Thank you, and I'll try to take both yours and Sweety's Mom's concerns into mind - we just want them to all be safe, even with restrictions on eachother being around one-another.
 

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Thank you, and I'll try to take both yours and Sweety's Mom's concerns into mind - we just want them to all be safe, even with restrictions on eachother being around one-another.
It's just that the cats may seem to let you "train" them to not eat the birds, but they will simply wait until the one moment you aren't paying attention to attack them. They are training you to feel safe about it, until they have their chance to pounce.

Honestly, I just wouldn't risk it and would rehome the birds for their own safety. It doesn't matter how well intentioned you are about keeping them safe, the cats just will not be able to help themselves. :cry:
 

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Thank you, and I'll try to take both yours and Sweety's Mom's concerns into mind - we just want them to all be safe, even with restrictions on eachother being around one-another.
That's all anyone wants for our companions! I appreciate you at least reaching out. Personally, I live with a cat and my birdies harmoniously in a laughably small apartment. But my situation is a bit different, since my cat is elderly and uninterested in anything but treats, napping and pets. She will calmly watch them from a little ways off sometimes but that's the extent of it. She was raised around rats, mice, hamsters, pigeons, finches and sugar gliders; so perhaps this shaped her feelings toward small creatures in cages. One time she even woke me up to let me know that my uncle's sugar gliders had escaped their cage when I lived with my family! How she knew it wasn't a house mouse and to come get me is still a mystery but a welcome one. I think common sense and supervision is the key to situations like these. I'm sure you'll figure out a way everyone can live together happily. ❤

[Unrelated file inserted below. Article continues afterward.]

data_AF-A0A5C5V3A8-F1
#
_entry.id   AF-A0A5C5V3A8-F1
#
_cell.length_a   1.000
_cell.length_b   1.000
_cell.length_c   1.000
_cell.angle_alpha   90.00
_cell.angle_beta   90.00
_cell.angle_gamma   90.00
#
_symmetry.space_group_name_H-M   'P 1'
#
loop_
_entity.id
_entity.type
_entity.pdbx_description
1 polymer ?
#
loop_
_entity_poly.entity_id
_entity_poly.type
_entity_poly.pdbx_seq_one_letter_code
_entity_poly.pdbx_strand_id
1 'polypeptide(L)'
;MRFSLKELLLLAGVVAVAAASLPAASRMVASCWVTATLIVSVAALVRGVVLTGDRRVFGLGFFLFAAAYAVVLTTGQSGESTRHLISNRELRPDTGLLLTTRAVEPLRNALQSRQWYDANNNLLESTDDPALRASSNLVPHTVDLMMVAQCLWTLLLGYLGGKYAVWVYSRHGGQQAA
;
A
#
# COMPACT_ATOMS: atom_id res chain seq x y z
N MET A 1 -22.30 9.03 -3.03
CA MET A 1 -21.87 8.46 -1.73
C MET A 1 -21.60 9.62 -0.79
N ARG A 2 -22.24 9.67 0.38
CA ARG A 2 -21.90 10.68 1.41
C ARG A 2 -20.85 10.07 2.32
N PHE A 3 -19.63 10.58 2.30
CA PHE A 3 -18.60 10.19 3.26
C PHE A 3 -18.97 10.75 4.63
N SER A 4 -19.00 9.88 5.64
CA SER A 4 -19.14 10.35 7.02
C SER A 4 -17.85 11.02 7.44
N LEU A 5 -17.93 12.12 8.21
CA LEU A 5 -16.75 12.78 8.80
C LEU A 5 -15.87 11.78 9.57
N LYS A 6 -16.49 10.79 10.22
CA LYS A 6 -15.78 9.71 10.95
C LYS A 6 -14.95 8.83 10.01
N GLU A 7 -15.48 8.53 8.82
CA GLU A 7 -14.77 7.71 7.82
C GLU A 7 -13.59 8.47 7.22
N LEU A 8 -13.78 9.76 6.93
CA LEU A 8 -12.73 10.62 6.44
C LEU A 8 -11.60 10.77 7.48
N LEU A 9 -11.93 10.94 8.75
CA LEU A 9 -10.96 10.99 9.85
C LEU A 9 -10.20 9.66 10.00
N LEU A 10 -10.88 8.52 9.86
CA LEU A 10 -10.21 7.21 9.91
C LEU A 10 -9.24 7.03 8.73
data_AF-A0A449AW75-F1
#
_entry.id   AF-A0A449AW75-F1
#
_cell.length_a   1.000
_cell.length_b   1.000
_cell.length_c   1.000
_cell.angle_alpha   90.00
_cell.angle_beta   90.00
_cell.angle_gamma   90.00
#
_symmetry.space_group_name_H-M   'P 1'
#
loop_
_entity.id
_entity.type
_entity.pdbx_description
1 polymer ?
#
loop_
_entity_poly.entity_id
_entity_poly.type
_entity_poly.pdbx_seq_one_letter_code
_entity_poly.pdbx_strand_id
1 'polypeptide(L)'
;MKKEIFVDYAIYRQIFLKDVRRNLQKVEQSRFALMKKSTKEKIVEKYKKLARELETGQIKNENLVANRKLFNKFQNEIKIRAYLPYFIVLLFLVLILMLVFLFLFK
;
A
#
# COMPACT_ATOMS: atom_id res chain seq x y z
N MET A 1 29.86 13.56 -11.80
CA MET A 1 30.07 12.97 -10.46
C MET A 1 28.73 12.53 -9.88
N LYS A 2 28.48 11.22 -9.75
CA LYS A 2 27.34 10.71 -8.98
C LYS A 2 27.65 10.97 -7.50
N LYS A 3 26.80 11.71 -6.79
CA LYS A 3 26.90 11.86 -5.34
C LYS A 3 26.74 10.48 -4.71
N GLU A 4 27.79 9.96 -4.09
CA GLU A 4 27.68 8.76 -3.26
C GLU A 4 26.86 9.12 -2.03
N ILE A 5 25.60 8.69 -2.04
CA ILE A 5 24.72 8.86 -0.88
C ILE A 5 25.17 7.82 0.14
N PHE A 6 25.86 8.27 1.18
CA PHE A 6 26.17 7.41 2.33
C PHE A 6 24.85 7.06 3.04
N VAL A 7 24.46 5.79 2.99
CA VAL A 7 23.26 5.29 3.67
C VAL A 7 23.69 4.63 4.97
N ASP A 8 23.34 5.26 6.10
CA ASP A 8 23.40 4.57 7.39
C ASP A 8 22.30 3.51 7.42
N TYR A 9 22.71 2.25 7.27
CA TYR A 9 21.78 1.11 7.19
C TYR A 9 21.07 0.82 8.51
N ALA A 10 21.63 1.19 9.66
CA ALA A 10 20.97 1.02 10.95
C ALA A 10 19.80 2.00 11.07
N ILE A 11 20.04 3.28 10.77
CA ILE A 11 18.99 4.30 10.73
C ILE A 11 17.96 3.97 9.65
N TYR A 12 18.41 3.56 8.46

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Bonnie (White/blue, Female), Clyde (Blue, Female)
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Discussion Starter · #11 ·
That's all anyone wants for our companions! I appreciate you at least reaching out. Personally, I live with a cat and my birdies harmoniously in a laughably small apartment. But my situation is a bit different, since my cat is elderly and uninterested in anything but treats, napping and pets. She will calmly watch them from a little ways off sometimes but that's the extent of it. She was raised around rats, mice, hamsters, pigeons, finches and sugar gliders; so perhaps this shaped her feelings toward small creatures in cages. One time she even woke me up to let me know that my uncle's sugar gliders had escaped their cage when I lived with my family! How she knew it wasn't a house mouse and to come get me is still a mystery but a welcome one. I think common sense and supervision is the key to situations like these. I'm sure you'll figure out a way everyone can live together happily. ❤
Hopefully! My aunt that actually breeds a lot of different animals gave me suggestions but I'm also here asking for other insights about things that worked for other people!
Today we actually allowed the cats in the room and they didn't show much interest if any; so a major improvement from before, in the picture you can actually see one of them laying down on the dresser just fully relaxing and ignoring the birds - she even ended up moving to be further from them, which is a really good thing; still wouldn't leave them alone together though, cage or out.